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Most of the latest generation of adhesive resin materials require removal of the smear layer on dentin by use of acidic solutions or chelating agent in order for bond strength to be maximized. However, removal of the smear layer and the underlying smear plugs increases dentin permeability, thereby jeopardizing the pulp if the bonding is not perfect or if the bonds fail. Ideally, a dentin conditioner should remove only the smear layer but not the smear plugs (Pashley, 1990). The solubility of the smearlayer to pre-treatment solutions should be different depending upon the cutting method, since the smear layer thickness and particle size vary (Pashley et al., 1988b). The smear layers created by diamond burs with or without water spray were very similar in appearance to those createdby 80-grit SiC paper (Figs. 1-3). That observation tended to validate the use of 80-grit SiC'paper. All smear layers were observed to decrease dentin permeability. However, the smear layer produced by use of 80-grit SiC abrasive paper was more easily removed by the acidic solutions than that produced by a high-speed diamond bur with or without water spray. The observation that these samples had a mean dentin permeability that was 146% of that of the EDTAtreated surfaces was due to the fact that all specimens were sanded thinner when they were prepared with a new smear layer. The fact that the bur-cut specimen permeabilities were only 87-90% of the EDTA value indicates that they remained partially occluded with respect to the sanded specimens. Even on the same surface of a tooth, adjacent areas with open and occluded tubules were observed after surface treatment with acidic solutions. This may have been due to the fact that smear layers in the area of occluded tubules were more acid-resistant than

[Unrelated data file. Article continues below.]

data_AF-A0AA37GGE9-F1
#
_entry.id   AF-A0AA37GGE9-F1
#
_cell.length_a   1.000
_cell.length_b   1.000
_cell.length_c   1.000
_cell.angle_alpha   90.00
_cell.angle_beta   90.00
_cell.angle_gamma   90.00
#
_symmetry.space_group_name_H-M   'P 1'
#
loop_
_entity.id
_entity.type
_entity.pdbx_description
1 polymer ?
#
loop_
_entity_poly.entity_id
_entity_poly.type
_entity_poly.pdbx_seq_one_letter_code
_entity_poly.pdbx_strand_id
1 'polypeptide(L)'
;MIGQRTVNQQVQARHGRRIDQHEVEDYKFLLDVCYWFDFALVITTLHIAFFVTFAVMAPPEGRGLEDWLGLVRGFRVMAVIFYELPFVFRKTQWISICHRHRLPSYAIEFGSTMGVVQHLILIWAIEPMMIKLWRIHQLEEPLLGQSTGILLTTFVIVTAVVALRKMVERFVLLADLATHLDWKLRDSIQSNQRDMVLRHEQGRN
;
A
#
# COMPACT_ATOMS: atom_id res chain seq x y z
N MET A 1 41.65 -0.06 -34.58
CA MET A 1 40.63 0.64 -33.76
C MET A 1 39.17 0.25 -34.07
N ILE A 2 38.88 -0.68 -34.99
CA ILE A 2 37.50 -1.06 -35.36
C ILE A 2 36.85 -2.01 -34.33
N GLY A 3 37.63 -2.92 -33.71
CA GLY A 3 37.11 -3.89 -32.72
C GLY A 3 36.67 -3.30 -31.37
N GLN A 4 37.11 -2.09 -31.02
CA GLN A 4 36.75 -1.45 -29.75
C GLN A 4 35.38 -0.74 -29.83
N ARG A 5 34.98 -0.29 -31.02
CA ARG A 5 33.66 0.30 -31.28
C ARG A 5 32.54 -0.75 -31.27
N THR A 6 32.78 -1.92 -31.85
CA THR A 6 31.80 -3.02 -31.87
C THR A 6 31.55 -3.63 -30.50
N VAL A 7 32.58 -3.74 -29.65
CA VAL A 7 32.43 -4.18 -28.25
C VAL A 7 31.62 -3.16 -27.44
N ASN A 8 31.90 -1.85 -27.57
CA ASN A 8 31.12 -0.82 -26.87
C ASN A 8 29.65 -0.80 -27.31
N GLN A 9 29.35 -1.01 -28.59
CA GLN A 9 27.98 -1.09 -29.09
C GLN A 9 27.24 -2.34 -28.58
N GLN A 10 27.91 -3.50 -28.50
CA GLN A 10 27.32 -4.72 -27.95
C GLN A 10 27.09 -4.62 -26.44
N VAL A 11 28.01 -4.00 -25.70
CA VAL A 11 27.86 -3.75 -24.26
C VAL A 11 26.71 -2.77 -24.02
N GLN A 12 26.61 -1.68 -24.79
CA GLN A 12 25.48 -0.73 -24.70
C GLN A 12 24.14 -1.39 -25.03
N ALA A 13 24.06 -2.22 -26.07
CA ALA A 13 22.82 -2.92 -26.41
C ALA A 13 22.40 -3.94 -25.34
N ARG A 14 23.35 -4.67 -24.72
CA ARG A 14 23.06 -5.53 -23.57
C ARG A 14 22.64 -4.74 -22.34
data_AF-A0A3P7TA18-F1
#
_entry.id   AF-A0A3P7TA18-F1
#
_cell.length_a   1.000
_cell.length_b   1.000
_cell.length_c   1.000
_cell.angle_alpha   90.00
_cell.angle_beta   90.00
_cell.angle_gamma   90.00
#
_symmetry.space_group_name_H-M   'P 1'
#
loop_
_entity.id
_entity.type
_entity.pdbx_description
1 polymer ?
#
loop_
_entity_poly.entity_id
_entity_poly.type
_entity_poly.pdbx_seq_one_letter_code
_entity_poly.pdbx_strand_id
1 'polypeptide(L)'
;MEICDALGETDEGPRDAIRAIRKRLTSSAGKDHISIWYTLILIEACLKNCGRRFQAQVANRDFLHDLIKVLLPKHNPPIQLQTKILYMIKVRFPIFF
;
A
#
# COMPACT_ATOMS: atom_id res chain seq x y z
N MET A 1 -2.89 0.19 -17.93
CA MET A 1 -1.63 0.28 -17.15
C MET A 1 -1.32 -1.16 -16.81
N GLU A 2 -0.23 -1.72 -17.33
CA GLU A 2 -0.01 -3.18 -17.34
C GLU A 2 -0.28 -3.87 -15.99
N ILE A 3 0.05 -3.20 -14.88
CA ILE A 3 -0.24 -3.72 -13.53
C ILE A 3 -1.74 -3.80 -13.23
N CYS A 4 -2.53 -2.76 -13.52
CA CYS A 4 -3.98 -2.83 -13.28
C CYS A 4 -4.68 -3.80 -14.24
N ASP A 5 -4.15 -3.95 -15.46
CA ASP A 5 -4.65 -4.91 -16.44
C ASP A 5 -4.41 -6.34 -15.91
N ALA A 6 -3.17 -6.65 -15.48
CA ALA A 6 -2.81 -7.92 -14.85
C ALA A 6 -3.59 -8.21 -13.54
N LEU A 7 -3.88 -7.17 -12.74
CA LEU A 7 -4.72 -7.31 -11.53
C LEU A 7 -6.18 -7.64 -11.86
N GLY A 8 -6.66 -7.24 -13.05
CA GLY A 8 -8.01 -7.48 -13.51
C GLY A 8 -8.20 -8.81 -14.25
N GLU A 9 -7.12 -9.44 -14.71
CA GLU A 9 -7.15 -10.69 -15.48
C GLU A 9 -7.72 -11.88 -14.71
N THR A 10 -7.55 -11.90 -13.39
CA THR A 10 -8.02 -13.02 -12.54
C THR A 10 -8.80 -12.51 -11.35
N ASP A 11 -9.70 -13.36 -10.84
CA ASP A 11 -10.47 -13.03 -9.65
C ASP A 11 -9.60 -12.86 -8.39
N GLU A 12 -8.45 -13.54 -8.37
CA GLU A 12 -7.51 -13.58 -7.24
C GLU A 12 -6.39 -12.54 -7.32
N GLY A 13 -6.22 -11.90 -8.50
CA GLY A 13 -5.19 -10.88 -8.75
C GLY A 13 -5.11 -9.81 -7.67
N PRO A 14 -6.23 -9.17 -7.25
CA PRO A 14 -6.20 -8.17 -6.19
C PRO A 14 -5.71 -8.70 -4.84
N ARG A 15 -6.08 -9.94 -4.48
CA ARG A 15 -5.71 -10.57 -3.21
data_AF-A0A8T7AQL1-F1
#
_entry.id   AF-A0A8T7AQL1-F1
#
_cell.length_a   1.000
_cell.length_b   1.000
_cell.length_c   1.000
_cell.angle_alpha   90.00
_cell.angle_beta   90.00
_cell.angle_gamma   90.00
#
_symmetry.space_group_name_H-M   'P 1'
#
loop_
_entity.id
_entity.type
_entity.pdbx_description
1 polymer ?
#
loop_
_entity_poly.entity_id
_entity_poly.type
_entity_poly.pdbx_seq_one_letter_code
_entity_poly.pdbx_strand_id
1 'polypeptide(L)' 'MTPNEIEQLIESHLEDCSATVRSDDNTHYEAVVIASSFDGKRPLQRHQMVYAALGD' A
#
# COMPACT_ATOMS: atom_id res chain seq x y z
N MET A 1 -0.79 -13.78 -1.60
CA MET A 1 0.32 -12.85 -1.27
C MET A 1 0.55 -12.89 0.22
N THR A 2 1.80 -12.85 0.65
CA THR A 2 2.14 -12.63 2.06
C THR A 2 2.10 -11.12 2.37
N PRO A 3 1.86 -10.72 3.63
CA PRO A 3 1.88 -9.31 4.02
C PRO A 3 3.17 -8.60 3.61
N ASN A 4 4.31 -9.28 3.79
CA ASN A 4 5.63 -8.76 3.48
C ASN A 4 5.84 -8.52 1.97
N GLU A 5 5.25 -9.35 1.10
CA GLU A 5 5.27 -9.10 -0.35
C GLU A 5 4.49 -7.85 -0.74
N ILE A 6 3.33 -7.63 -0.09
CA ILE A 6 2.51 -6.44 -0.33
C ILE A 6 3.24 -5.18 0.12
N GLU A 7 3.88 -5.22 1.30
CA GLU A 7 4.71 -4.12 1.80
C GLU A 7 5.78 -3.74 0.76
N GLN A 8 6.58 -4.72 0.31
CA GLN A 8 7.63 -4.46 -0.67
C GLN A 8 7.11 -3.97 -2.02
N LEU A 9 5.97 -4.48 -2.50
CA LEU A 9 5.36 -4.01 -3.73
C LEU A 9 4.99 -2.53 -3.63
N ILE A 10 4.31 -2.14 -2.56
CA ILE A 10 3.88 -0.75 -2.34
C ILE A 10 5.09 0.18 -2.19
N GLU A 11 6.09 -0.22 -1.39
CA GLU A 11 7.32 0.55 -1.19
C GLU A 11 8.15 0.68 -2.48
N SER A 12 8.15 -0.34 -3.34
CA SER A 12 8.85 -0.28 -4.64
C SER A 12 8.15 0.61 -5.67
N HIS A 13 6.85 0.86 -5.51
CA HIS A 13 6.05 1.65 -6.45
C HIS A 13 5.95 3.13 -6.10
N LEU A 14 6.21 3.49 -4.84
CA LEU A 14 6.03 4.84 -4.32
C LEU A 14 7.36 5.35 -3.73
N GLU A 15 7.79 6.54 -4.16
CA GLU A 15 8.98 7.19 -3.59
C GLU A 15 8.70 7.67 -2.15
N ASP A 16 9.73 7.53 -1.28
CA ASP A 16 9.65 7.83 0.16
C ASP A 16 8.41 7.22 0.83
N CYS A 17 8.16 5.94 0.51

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Fig. 5. SEM appearanceof dentinsurface preparedwith diamondbur withoutwater sprayafter beingetchedwith 37% phosphoricacid (one min). Manytubulescontain remnantsof smear plugs. Linearband of de~tin near the bottom of the picturecontainswhat appearsto be occludedtubules, lOOOx.

Fig. 6. SEM appearanceof dentinwhichhad beensandedwith 80-gdt SIC abrasivepaperand thenetchedwith 37% phosphoricacid for one min. More of the tubulesremainopen, and the tubulesare larger in diameter, lO00x,

those in the area of open tubules. Bands of occluded tubules were seen along the scratches produced by both cutting methods (Figs. 4-6), although they were more frequently seen in specimens prepared with burs. This might have been caused by the differenceofsmearing force with individual diamond or abrasive particles. Treatment of smear layers with phosphoric acid seemedto maximize

permeability and remove most traces of smear layers in all three groups. The diameters of the tubules in 10-3-treated 80-grit SiC-treated surfaces were somewhat larger than those in the other groups. Phosphoric acid treatment has been shown to maximize permeabili~ when compared with many other pretreatment solutions for dentin bonding (Tagami et al., 1990a).

Dental 'Mateviala /October 19917 . l ~ i

Fig. 7. SEM appearance of dentin prepared with a diamond bur with air.water spray, then acid-etched with 10-3 solution. This treatment led to removal of most of the smear layer. There was less loss of peritubular dentin in this group than in the others. 3000x.

Fig. 8. SEM appearance of dentin prepared by use of a diamond bur without water, after being acid-etched with 103 solution. Althoughthere was an almost complete removal of the smear layer and a good deal of loss of peritubular dentin, many of the tubules remain occluded with residual smear plug debris. 3000x.

Although the bond strengths of Scotchbond to smear layers created with 80-grit SiC were lower than those made to bur-created smear layers, a statistically significant differencewas not found. This confirms the similar bond strengths of Scotchbond DC to bur- and SiCpaper-created smear layers reported by Tao et al. (1988).

No significant differences among the shear bond strengths within the Clearfil Photobond group were found in this study. It appeared that differences in smear layers were not important when phosphoric acid was used. Clearfil Photobond was developed as both an enamel and dentin bonding agent and is applied to all cavity walls treated with

238 Tagami et al./ Effects of high-speed bur on dentin bonding